The key here, of course, is quality and the ability of music directors to recognize it and support it. We already know that Beethoven, Mozart, Hayden, et al. composed music of lasting quality. It is more difficult to be the first one (or one of the first) to spot a budding contemporary musical genius.

A good example would be Philip Glass. He and his ensemble started out performing at offbeat downtown venues (lofts and such) to very small audiences that, for the most part, did not include music directors of major symphony orchestras or NY Philharmonic subscribers. Although he had studied composition with Nadia Boulanger it wash"t until he composed the scores for the indie art house film "Koyaanisqatsi" and then his independently produced opera "Einstein on the Beach" that the classical music world was forced to take him seriously. Why? Because he was composing quality music.

This listener also believes that Plato was right in asserting that some things are better than other things -a POV that is almost anathema in this, the Age of Relativism. People prefer to listen to the music of Beethoven, Mozart (and Glass) because, quite simply, it is better than the music of Stockhausen, Schoenberg and Cage. No big mystery there.

Sep. 14 2013 08:54 PM
Roland

I don't think the problem is standard vs. unusual repertoire. The reason classical music companies s.l. are having problems is because the general public doesn't like classical music (not because they wouldn't but because they don't know it). I think these days most people only encounter classical music in car advertizements and the like. If classical music hopes to survive in the US, we need meaningful classical music education in public schools i.e. "nurturing and developing your audience". As a late 20-something, my love of classical music is unusual; none of my friends (except those who are classical musicians) like classical music.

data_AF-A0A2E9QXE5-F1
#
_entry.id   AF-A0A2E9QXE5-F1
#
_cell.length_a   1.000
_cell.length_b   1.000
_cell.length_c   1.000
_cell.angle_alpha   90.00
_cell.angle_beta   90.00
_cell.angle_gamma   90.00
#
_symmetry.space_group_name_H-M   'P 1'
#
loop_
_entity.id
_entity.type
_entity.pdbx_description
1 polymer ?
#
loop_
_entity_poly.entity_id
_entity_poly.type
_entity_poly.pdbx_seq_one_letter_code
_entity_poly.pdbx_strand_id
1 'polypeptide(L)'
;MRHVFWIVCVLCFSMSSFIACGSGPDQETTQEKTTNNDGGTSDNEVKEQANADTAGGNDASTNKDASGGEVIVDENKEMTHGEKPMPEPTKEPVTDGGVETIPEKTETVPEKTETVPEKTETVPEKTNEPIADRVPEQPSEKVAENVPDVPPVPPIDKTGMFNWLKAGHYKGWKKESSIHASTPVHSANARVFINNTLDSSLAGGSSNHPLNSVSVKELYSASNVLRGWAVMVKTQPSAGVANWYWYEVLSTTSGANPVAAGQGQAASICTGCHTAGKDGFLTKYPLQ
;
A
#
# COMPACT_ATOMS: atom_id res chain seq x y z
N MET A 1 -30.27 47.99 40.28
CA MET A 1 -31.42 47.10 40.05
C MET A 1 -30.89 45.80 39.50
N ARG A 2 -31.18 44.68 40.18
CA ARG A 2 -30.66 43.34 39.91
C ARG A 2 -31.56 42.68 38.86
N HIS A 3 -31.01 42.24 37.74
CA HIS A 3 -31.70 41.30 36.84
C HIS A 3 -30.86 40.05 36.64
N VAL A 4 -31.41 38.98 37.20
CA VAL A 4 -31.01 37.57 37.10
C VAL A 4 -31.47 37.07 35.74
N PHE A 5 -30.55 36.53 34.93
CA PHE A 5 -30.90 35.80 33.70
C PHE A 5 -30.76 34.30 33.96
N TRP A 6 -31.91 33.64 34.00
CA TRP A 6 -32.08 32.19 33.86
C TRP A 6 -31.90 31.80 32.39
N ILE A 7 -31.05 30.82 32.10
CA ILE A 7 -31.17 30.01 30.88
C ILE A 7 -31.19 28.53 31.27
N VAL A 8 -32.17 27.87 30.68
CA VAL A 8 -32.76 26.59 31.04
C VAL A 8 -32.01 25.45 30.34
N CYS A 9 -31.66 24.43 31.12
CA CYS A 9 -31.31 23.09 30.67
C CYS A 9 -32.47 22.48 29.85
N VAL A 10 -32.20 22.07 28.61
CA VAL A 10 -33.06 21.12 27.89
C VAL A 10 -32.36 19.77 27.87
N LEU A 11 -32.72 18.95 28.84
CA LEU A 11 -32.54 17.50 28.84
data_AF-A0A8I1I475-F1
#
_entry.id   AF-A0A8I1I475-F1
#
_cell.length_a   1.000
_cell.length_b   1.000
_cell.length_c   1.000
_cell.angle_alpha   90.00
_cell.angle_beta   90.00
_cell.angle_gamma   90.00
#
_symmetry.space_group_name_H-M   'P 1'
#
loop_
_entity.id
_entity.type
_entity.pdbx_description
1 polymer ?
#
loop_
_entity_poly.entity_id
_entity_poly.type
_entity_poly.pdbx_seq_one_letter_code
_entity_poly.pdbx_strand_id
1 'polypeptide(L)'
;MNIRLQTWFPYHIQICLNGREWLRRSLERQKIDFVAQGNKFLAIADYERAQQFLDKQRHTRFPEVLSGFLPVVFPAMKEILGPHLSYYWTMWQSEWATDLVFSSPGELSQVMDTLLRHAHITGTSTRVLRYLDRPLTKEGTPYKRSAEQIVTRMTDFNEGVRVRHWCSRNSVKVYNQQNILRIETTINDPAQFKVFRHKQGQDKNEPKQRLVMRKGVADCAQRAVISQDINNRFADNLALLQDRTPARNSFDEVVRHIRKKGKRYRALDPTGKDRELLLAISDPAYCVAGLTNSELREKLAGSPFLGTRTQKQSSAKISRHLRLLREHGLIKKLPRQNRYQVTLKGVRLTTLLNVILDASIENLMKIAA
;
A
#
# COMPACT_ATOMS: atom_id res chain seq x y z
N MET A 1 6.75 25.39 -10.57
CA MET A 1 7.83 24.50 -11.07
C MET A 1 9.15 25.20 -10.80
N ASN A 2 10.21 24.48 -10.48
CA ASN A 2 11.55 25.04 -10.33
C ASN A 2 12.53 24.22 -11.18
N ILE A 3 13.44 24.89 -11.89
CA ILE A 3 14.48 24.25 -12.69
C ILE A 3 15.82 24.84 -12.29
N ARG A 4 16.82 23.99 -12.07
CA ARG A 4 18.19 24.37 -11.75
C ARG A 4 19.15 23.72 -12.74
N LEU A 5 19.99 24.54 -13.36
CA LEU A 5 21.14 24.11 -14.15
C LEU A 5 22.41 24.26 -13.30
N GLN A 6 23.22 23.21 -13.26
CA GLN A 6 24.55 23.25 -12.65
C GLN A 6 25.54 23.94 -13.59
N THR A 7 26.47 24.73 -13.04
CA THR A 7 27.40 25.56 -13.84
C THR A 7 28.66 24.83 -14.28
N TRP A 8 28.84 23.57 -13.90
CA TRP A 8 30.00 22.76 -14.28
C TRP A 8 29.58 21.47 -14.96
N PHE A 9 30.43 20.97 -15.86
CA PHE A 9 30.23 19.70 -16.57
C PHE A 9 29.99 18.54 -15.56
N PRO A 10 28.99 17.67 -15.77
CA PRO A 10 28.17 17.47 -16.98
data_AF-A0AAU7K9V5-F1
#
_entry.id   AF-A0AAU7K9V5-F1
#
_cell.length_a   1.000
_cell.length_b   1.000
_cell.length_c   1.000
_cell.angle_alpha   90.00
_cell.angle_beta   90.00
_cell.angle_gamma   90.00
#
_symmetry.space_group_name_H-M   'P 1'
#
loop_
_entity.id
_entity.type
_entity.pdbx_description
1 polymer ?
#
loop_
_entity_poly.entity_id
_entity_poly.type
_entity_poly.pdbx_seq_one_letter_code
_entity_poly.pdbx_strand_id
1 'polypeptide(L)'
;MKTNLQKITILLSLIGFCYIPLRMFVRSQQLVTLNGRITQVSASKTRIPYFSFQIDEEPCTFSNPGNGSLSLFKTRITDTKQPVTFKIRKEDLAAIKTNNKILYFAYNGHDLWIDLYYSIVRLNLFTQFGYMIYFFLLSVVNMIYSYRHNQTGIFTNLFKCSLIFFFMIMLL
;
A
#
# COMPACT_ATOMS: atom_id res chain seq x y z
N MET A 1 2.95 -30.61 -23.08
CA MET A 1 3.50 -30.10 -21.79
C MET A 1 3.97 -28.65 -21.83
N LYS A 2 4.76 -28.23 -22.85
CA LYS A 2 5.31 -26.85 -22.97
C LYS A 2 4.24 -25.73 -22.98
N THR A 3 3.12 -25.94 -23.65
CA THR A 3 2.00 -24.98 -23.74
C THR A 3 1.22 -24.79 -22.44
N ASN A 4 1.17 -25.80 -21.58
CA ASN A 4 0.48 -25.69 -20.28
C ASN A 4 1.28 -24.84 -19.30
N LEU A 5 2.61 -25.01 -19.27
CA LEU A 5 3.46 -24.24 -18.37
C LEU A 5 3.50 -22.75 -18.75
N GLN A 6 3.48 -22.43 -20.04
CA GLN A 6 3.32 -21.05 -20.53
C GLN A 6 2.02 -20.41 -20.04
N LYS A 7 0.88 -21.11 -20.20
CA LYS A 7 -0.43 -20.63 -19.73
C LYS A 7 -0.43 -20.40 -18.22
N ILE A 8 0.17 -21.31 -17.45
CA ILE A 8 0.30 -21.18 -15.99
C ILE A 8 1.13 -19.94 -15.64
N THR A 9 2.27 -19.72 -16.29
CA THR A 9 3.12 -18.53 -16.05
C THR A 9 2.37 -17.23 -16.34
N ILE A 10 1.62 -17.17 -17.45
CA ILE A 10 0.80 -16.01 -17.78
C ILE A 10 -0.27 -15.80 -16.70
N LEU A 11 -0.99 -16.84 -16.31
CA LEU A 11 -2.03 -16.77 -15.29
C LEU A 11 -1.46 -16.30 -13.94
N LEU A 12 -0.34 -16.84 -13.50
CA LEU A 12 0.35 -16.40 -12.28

Also, being a late 20-something in this economy means that I can't afford many performances.... With my limited budget, I therefore select performances I know I will like. I'd rather see a live performance of a monumental work I haven't yet. Honestly, what do you expect? Do you think someone like me would go to see "Anna Nicole" or "Falstaff" (neither of which I have seen live)?

Homogenization of classical music performance across the US, who care? I'm not wondering over to Little Rock to see a performance. I'm only interested in what going to in NYC. The big problem isn't the homogenization of classical music. It's the growing lack of interest in classical music in our country. What percent of the US population under 30 years old (or 50 for that matter) do you think have gone to a classical music performance?